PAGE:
Webinar: A Mindful Journey into the Kaleidoscopic Landscape of Dyslexia
This session will explore the benefits of practicing mindfulness for those with dyslexia.
Wednesday 18th September 2019
7:30pm - 8:30pm
Neurobiological evidence shows that mindfulness breathing and meditation regulates the nervous system and balances the brain’s stress chemicals. In this session, Deborah Shaer will be focusing on mindfulness meditation as it relates to impact embodying the diverse and mystifying anatomy of Dyslexia. The classic traits such as words spelled incorrectly and grammatical errors are only the tip of a wider spectrum linked with dyslexic characteristics.For example, Deborah believes difficulties in writing cohesive sentences, could be likened to a garden filled with flowers entangled by an over-growth of weeds. For the dyslexic, this wild garden may feel familiar yet daunting, causing unmanageability and confusion. By contrast, the non-dyslexic person’s brain is equipped with the inner resources to discern and apply a logical and rational plan and structure whether it be a garden, an essay, a report, sequencing, turning a door knob the correct way, or inserting a key.
Deborah believes a person with dyslexic features is constantly being challenged. He or she may suddenly experience disorientation and become lost due to a chaotic sense of direction, getting on the wrong train, going in the opposite direction, getting off the wrong stop and being terribly late. Or being terribly early or arriving at an appointment on the wrong day because words and numbers are subject to looking different from one day to the next.
Deborah believes seeing the world through a kaleidoscope lens may mean that some people don’t get who you are, but others will. Dyslexia doesn’t make sense because if we do something repeatedly, then we should retain the information. It may be that the automatic response functions normally for a while, but suddenly disconnects. And anxiety often gets triggered.
She feels therefore anxiety can escalate and even turn into a full-blown panic attack when fear is present. Being subjected to toxic shaming over time from insensitive others erodes one’s self-confidence and self-esteem. A first step is to be in contact with your feelings as a way in to deepen self-awareness and this can be channelled through mindfulness. Clinical research has shown that dyslexia has nothing to do with stupidity, it is a condition that needs tender loving care to flourish, just like a neglected garden.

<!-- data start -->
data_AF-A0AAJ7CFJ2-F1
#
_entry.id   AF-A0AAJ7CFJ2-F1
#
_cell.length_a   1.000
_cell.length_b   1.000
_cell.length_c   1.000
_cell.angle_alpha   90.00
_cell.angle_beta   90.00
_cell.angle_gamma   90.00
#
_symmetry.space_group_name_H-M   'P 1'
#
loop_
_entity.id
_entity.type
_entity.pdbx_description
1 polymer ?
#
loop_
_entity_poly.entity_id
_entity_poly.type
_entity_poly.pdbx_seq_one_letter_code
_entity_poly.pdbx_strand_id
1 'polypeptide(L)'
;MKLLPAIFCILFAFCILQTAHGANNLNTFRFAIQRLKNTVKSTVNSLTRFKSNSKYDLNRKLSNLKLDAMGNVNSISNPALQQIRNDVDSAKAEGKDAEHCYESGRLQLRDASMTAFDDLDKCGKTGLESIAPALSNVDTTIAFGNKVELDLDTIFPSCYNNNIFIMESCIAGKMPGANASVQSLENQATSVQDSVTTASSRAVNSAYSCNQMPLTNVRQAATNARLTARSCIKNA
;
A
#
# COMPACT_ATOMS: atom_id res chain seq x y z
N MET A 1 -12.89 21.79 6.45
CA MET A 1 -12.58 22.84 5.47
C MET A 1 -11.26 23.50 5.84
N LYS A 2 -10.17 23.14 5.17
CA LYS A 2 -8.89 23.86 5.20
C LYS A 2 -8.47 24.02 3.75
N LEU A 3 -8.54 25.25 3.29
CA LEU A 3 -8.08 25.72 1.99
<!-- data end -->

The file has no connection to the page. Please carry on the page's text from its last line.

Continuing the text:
Deborah suggests that mindfulness breathing, meditation and visualisation is an effective way to calm and clear out the cumulative effects of toxicity from others. Moreover, instead of trying to fight dyslexia, an alternative approach could be to embrace each dyslexic challenge. So even when the body, the brain and the emotions are out of synch, you just become aware. Instead of trying to move faster, slow down, pause, breathe consciously, slowly, deeply to allow more oxygen to your brain. Taking a few moments to self-regulate can make a significant improvement in cognition.
However, explaining mindfulness is vastly difference to experiencing it. Deborah's aim is to reach those who are experiencing difficulty in managing dyslexia and to promote awareness. Deborah believes that parents of children with dyslexia, teachers, Local Authorities and the Department of Education may find this session beneficial.
Our Presenter: Deborah Shaer
Deborah spent ten years travelling back and forth from England to India developing her meditation and mindfulness practice. She has a background in teaching English to students of other languages (ESOL). Her work is experiential, exploring innovative and creative ways to teach how to learn and to bring an awareness to individuals who struggle with learning.
Whilst teaching, Deborah was also studying and training. She qualified as a child and adolescent counsellor and therapist, working with children and young people in school settings. Many of her clients had been clinically diagnosed with dyslexia, so her experience with this client base has provided her with an in-depth understanding of the impact psychologically, emotionally and mentally. She introduced mindfulness to schools over six years ago and has facilitated mindfulness meditation groups for adolescents and also on wellbeing days with teachers since then.
Deborah has a private practice in north London and also specialises in the therapeutic use of the arts and play as well as psycho-education, CBT and mindfulness meditation. Her work is integrative, creative and transpersonal, with the latter relating to mindfulness, and supporting her young clients to be in contact with their sense of Self and True Nature. She is also a Reiki practitioner.
Her qualifications include: BA (Hons) in Humanities with Creative Writing, Certificate in Teaching English to Speakers of Other Languages (TESOL); Diploma in therapeutic counselling specialising in adolescents and the use of the arts and play; MA in Child, Adolescent and Family Therapy; Level I and Level 2 in Reiki, and has almost completed her Complimentary Medicine Diploma embodied in her advanced Reiki practitioner’s course, which will also qualify her to work with NHS patients to enhance a speedier recovery.
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